Media outlets are saturated with the latest and greatest piece of news in the cannabis industry: Microsoft is joining the world of cannabis compliance. For those of you who have not heard, last Thursday, the Washington-based technology giant announced its partnership with KIND Financial, a Los Angeles-based startup that provides financial services to companies and regulators involved in the sale of medical and recreational cannabis in the United States. Publicized mere days after medical cannabis legalization in Ohio, Microsoft’s participation is a momentous action that further legitimizes this fast-developing industry.
While small technology companies have serviced legal dispensaries and cultivators for years, Microsoft’s association with KIND marks the first time a well-known and heretofore non-cannabis-related multinational has associated its name with the industry. Because of cannabis’s nebulous legal status outside of certain intrastate markets, established businesses have largely shied away from taking part in the cannabis industry. As a result, cannabusinesses frequently lack access to fundamental banking services, regulatory guidance, and opportunities to meet with investors.
Considering the general business community’s broad resistance to legal cannabis thus far, Microsoft’s move is an adventurous one, and its partnership with KIND appears all the more significant.
KIND aspires to become a pioneer in the cannabis financial space. The company, one of several in the financial and seed to sale space, offers services for corporate and government clients alike with an emphasis on safety, security, and compliance. Its suite of financial solutions includes consulting, seed to sale monitoring, and a mobile payment and loyalty program. Additionally, KIND manages an investment fund for cannabis industry ventures.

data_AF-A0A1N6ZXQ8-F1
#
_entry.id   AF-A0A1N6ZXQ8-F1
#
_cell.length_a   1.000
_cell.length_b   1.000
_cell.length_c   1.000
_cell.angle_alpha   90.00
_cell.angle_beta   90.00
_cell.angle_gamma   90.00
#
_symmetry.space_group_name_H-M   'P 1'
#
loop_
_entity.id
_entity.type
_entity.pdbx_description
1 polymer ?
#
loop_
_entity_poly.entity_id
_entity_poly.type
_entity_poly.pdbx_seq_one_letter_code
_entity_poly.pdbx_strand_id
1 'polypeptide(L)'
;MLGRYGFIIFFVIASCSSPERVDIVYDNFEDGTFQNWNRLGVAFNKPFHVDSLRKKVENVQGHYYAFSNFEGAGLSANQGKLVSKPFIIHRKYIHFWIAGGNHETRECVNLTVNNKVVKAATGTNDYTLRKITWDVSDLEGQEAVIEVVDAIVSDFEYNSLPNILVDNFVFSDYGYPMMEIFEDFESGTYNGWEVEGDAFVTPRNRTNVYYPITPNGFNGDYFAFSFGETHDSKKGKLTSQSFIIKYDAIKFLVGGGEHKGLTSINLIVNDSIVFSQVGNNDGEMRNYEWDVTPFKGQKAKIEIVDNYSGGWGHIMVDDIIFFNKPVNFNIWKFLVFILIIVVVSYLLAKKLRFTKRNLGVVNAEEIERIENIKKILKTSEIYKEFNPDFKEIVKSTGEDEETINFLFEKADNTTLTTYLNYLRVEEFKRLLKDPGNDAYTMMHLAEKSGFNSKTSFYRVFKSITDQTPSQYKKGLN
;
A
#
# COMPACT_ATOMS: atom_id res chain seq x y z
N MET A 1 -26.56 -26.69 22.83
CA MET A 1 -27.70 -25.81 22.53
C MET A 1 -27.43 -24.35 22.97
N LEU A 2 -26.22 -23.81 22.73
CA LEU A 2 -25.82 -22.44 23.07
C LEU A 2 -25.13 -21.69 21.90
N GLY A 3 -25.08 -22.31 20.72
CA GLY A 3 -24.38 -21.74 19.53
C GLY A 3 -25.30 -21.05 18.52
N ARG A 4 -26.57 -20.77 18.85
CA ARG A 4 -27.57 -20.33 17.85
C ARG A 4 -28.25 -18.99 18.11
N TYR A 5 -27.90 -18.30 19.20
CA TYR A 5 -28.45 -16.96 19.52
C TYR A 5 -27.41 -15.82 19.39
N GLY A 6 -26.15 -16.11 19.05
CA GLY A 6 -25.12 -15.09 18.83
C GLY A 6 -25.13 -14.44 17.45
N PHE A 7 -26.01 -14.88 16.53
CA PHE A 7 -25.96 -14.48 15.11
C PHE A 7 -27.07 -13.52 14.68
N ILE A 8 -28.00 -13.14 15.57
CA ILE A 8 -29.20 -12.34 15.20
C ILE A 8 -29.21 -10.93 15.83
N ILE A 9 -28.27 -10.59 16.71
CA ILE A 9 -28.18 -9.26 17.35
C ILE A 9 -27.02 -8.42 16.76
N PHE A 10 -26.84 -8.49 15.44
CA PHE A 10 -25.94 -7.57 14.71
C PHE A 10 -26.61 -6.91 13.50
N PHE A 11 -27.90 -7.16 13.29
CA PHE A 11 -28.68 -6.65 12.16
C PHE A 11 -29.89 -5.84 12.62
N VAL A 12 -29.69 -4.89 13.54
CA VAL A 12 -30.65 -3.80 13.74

Microsoft will offer Agrisoft, KIND’s crop tracking platform for regulatory agencies, to government users of Azure, Microsoft’s cloud computing infrastructure. Although Microsoft will not play a part in directly developing any of KIND’s technology, the two companies’ affiliation will streamline compliance processes and lend credibility to the cannabis industry as a whole.
Although this is certainly great news for KIND, I would be remiss if I did not also take the opportunity to remark upon the symbolism of this announcement. The small- and medium-sized businesses which dominate the legal cannabis market have vociferously fought—and are continuing to fight—a battle for legitimacy over the past several years. Though the sheer number of states opting to create legal cannabis programs lately demonstrates a sea change in the way our citizenry and legislators are viewing this important public health and policy debate, industry insiders recognize that a true sense of legitimacy requires more than local pockets of economic activity.
Access to banking and lending, reasonable tax laws, and regulatory consistency will come only when a large portion of the American public sees that what cannabusinesses are trying to do is to offer a much-needed product (as well as ancillary services) to patients sorely in need of the same. Microsoft may not be planning to grow or dispense cannabis, but the company’s willing association with this dynamic industry is in my view a portent of things to come.
For more information and updates from the intersection of cannabis, business, technology, and the law, visit Offit Kurman’s Medical Cannabis Practice group. To get in touch with me, visit my attorney page.
ABOUT DARREN H. WEISS
Darren H. Weiss is a seasoned counselor and litigator who works with businesses to attract, maintain, preserve, and, if necessary, protect against their most valuable asset: employees. A passionate and experienced legal advocate, Mr. Weiss’s practice focuses on the medical marijuana industry and employment law. His employment practice spans from advice and counsel to defense of collective and class action litigation, charges of harassment and discrimination, and enforcement of restrictive covenants. His practice has a particular emphasis on wage and hour issues under the Fair Labor Standards Act and state laws and has clients in a wide variety of industries, including financial services, medical care, manufacturing, and professional services.
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